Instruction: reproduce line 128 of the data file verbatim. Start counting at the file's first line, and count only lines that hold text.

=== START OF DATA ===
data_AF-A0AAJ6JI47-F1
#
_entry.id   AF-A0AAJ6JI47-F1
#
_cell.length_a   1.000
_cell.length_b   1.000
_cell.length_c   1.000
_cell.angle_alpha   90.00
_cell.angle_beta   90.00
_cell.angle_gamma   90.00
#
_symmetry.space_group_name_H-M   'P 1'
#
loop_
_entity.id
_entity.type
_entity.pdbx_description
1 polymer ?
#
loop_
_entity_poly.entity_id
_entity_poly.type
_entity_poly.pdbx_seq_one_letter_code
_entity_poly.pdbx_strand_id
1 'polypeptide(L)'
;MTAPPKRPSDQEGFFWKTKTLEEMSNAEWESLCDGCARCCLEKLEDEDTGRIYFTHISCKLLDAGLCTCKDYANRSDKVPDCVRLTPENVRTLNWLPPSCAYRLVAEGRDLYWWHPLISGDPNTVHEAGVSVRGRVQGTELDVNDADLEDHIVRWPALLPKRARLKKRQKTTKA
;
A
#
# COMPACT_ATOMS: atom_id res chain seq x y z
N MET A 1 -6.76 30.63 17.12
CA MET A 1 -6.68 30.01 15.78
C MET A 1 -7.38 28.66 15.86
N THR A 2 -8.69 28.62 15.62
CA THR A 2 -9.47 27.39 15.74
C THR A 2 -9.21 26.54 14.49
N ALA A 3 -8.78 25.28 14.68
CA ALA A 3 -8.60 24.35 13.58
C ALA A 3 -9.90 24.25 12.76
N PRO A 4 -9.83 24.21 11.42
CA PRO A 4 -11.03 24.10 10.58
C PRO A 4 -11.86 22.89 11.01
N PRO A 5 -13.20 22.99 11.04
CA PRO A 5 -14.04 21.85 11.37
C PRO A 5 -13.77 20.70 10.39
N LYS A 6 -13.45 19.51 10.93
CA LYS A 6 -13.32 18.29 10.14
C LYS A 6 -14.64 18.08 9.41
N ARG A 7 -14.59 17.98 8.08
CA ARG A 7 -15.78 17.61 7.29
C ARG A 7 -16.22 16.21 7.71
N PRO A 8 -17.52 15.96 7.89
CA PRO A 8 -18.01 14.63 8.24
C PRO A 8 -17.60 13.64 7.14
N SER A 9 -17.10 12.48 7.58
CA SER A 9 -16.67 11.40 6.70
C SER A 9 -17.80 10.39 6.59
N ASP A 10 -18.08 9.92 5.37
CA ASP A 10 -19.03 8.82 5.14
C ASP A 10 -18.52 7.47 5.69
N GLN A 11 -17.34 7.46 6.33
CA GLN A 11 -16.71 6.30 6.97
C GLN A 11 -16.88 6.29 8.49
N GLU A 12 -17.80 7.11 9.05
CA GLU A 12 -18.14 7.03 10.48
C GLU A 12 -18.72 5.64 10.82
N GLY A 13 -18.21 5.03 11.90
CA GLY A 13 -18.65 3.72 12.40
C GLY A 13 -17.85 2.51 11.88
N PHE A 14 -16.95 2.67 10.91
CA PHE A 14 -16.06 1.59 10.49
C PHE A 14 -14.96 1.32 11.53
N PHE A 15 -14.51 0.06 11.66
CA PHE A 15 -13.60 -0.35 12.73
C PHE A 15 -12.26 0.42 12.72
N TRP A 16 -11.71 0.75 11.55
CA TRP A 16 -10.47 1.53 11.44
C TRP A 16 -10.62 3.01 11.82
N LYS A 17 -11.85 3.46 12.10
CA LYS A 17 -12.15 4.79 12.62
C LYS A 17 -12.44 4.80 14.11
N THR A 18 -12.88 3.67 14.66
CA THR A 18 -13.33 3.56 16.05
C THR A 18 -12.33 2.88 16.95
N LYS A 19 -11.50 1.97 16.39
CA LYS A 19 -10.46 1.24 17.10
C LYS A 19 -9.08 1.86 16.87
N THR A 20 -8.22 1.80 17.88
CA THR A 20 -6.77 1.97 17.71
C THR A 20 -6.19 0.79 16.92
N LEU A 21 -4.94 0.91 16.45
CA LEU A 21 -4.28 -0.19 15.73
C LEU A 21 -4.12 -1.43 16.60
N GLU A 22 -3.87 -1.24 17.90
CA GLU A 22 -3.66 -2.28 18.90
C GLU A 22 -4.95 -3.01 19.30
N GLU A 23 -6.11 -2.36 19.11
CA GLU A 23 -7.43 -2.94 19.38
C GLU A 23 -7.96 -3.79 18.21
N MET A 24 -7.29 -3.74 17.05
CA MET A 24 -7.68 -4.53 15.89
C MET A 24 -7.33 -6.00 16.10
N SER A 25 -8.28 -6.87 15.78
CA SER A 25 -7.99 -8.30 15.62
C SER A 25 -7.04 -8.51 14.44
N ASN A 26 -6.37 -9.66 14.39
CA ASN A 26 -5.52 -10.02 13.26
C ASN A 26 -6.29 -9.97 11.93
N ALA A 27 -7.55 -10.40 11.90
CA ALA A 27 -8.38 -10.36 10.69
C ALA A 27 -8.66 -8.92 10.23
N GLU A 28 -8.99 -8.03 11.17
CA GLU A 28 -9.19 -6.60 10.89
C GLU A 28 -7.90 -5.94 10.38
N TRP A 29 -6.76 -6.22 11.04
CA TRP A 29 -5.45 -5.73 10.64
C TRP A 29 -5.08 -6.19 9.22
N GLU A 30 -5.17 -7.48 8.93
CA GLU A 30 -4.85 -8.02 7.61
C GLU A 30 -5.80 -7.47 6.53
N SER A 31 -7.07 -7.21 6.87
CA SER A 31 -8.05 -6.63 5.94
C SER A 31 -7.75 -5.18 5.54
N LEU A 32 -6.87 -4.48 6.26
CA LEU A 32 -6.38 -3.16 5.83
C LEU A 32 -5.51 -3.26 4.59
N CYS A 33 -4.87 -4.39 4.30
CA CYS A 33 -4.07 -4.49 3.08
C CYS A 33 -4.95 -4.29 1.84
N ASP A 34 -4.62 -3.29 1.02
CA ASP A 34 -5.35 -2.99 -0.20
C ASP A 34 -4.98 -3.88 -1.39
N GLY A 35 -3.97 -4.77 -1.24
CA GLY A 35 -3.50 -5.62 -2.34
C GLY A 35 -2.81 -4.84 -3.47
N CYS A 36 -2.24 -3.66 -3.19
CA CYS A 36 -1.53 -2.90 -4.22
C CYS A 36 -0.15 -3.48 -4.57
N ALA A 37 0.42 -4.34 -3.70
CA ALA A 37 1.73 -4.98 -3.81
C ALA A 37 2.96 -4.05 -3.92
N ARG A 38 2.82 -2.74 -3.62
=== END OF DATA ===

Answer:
CA CYS A 33 -4.07 -4.49 3.08